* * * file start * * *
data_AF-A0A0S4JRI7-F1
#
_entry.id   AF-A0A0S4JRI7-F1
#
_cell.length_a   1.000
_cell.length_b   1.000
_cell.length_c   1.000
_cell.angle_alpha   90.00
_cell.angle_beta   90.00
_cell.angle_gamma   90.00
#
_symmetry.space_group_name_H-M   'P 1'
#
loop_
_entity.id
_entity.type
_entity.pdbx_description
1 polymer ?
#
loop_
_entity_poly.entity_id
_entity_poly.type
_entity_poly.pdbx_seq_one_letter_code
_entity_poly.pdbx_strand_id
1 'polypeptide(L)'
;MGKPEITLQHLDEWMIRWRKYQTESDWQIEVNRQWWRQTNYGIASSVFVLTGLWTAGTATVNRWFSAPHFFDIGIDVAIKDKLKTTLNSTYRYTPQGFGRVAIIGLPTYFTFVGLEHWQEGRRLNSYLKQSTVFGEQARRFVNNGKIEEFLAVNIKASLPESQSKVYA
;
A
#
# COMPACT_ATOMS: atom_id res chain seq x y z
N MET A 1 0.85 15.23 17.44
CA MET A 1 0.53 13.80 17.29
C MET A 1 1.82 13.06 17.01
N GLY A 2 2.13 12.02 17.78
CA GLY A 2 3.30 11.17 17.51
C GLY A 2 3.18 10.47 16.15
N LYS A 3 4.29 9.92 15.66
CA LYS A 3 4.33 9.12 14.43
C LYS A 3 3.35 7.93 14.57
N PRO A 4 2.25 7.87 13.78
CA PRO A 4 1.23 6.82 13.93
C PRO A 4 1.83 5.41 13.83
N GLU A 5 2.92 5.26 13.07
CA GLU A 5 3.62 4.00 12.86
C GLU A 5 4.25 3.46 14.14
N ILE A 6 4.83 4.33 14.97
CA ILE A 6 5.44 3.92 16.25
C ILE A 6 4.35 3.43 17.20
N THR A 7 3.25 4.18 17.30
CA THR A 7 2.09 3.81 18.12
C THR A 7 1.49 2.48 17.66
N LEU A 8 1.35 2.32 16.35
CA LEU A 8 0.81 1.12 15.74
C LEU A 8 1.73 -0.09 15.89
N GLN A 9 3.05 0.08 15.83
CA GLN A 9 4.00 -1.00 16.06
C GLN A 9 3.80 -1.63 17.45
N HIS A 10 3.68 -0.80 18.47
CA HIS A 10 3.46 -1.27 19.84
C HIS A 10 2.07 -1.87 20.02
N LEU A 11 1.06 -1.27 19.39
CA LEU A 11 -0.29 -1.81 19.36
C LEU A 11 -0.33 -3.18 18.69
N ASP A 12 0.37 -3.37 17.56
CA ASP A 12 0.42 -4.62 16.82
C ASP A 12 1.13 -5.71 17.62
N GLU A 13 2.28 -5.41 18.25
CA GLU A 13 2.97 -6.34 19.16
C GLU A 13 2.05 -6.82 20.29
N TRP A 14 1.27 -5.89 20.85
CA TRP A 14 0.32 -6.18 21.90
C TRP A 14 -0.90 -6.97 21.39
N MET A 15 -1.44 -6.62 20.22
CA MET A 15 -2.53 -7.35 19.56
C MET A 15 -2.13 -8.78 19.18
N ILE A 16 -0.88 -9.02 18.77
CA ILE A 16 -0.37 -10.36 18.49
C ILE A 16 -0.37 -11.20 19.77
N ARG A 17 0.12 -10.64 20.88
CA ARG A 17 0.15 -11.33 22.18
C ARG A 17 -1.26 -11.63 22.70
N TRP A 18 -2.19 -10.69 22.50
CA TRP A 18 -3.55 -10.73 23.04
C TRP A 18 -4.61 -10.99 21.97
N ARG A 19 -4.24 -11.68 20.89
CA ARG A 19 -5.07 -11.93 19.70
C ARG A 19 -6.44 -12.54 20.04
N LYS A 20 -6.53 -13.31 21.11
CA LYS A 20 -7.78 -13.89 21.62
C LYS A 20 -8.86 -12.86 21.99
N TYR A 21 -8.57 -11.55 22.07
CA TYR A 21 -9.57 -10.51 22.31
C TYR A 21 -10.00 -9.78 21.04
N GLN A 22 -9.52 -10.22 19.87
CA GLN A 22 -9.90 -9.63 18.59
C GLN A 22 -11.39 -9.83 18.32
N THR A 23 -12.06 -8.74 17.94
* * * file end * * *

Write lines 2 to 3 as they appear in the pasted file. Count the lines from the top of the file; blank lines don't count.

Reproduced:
#
_entry.id   AF-A0A0S4JRI7-F1